by Leeann Barton — originally published February 2007
Ask questions and do a little research concerning bloom time, ultimate tree size and what type of rootstock supports the graft. All of these will help you determine the correct placement and care of the tree.
When selecting a tree, look for any obvious wounds to the main trunk. Scarring may be due to rough handling but may also be a sign of disease. Check that wounds have healed properly by seeing if the wood below and around the scar is soft or hard. If you can easily push your finger nail into it be wary.
Look for a graft that has sealed firmly on all sides. An angled graft is ideal as it sheds water and debris easily.
Finally, check the branching. This is the least important as it is the easiest to work with after planting. Keep in mind (especially with fruit trees) if you want to maintain a smaller tree, look for strong, low branches. Bareroot shade trees often come in “whips”—one main trunk with no branches. Do not be discouraged, whips catch up and often surpass a branched bareroot tree within two years. Stake a whip to insure the tree gets off to a straight start.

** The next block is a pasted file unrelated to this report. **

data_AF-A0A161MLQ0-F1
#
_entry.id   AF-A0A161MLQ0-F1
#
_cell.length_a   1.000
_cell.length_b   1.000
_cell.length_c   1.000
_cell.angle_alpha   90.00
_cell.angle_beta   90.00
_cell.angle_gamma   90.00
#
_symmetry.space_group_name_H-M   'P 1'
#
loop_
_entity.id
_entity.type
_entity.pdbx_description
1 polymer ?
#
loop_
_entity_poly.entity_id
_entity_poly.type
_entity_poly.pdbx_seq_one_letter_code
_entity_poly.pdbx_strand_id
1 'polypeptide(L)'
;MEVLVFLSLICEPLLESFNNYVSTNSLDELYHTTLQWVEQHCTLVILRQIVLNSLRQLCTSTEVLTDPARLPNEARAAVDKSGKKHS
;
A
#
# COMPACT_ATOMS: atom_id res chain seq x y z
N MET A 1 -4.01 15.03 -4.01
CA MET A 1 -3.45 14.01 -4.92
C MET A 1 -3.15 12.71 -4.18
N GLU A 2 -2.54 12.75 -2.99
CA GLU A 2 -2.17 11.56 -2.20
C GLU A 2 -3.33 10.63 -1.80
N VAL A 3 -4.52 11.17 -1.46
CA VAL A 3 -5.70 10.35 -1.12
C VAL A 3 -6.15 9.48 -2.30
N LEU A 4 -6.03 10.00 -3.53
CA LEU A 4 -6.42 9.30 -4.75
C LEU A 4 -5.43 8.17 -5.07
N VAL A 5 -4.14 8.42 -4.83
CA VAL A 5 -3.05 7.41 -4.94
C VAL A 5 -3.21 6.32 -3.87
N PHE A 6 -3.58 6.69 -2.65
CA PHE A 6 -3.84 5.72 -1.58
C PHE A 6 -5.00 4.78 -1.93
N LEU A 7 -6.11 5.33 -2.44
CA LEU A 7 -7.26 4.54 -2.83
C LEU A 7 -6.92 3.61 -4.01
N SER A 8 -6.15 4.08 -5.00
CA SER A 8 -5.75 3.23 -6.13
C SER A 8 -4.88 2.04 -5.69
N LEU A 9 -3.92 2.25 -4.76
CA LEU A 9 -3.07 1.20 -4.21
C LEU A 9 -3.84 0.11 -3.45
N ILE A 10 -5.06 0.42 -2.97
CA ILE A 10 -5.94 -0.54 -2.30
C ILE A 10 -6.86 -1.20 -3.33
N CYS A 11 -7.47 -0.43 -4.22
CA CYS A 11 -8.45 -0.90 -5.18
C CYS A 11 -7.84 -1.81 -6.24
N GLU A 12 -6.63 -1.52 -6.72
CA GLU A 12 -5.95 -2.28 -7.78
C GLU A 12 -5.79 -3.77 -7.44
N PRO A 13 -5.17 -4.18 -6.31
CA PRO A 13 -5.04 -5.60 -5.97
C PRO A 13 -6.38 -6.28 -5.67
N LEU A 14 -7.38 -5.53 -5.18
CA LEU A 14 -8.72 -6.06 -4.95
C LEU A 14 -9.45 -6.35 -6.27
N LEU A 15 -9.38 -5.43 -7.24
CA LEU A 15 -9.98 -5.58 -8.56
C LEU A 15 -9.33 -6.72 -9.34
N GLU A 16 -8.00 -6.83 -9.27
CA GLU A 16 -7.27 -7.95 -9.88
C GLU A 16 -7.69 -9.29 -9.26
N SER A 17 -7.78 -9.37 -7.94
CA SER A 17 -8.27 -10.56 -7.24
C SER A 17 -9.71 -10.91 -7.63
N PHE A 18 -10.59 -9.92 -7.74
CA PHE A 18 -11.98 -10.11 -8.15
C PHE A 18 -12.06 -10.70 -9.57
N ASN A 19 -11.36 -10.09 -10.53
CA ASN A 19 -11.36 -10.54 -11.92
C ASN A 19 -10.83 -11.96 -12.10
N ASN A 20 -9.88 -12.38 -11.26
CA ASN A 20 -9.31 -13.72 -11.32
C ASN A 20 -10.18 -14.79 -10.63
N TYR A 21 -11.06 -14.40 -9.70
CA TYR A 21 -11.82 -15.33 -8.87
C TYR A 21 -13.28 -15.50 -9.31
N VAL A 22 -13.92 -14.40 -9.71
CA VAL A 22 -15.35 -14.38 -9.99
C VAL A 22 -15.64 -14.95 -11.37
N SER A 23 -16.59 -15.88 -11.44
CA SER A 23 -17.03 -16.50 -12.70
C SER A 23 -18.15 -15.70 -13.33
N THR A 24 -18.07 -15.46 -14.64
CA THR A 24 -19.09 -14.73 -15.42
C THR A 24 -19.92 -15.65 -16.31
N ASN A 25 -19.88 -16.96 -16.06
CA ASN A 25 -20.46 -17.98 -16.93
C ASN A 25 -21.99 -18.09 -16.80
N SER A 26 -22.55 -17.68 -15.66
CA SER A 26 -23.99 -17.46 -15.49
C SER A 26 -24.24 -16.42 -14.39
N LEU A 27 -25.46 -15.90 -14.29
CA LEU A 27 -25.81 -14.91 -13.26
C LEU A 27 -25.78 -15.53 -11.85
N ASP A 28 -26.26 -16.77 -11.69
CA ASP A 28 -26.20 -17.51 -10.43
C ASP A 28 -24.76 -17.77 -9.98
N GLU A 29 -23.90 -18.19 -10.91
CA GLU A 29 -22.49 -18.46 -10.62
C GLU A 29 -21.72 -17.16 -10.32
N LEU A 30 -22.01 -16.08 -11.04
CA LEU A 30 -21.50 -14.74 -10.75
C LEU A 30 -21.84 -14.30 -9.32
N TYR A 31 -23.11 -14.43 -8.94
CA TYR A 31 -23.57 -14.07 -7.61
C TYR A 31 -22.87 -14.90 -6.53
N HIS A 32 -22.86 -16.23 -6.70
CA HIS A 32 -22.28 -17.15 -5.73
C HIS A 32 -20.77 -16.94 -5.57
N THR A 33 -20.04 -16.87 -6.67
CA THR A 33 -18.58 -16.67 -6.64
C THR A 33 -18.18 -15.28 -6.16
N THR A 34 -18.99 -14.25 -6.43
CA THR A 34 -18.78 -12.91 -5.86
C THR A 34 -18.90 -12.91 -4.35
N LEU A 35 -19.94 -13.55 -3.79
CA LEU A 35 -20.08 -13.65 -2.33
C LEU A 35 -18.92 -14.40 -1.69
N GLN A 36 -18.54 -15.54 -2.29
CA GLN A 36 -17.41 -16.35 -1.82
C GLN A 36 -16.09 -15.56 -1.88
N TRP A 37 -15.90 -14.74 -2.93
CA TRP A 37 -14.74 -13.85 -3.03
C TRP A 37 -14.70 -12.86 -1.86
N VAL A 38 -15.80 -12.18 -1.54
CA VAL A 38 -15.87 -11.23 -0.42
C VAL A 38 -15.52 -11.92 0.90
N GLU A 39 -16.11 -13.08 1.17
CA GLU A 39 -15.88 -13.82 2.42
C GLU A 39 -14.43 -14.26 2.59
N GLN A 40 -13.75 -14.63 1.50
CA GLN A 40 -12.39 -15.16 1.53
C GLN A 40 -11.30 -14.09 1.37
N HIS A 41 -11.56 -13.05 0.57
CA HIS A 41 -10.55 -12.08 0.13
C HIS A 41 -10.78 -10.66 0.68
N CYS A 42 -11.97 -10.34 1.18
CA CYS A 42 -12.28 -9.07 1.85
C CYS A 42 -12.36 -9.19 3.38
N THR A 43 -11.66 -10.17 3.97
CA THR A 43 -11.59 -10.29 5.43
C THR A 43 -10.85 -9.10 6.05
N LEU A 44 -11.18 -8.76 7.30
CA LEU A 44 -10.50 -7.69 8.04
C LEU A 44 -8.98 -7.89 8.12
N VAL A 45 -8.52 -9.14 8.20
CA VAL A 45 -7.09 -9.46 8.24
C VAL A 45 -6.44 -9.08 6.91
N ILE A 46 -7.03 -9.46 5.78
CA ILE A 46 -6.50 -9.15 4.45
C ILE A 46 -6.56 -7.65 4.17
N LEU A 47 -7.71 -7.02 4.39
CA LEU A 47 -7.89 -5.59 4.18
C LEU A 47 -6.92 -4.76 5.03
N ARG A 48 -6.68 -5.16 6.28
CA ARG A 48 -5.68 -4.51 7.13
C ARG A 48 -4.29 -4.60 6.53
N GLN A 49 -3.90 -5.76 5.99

Above all, protect your purchase by not letting the roots dry out! Wrap the roots in plastic to transport the tree home, but plant the tree when you get it home!
For instructions on planting your tree see Planting Your Backyard Orchard.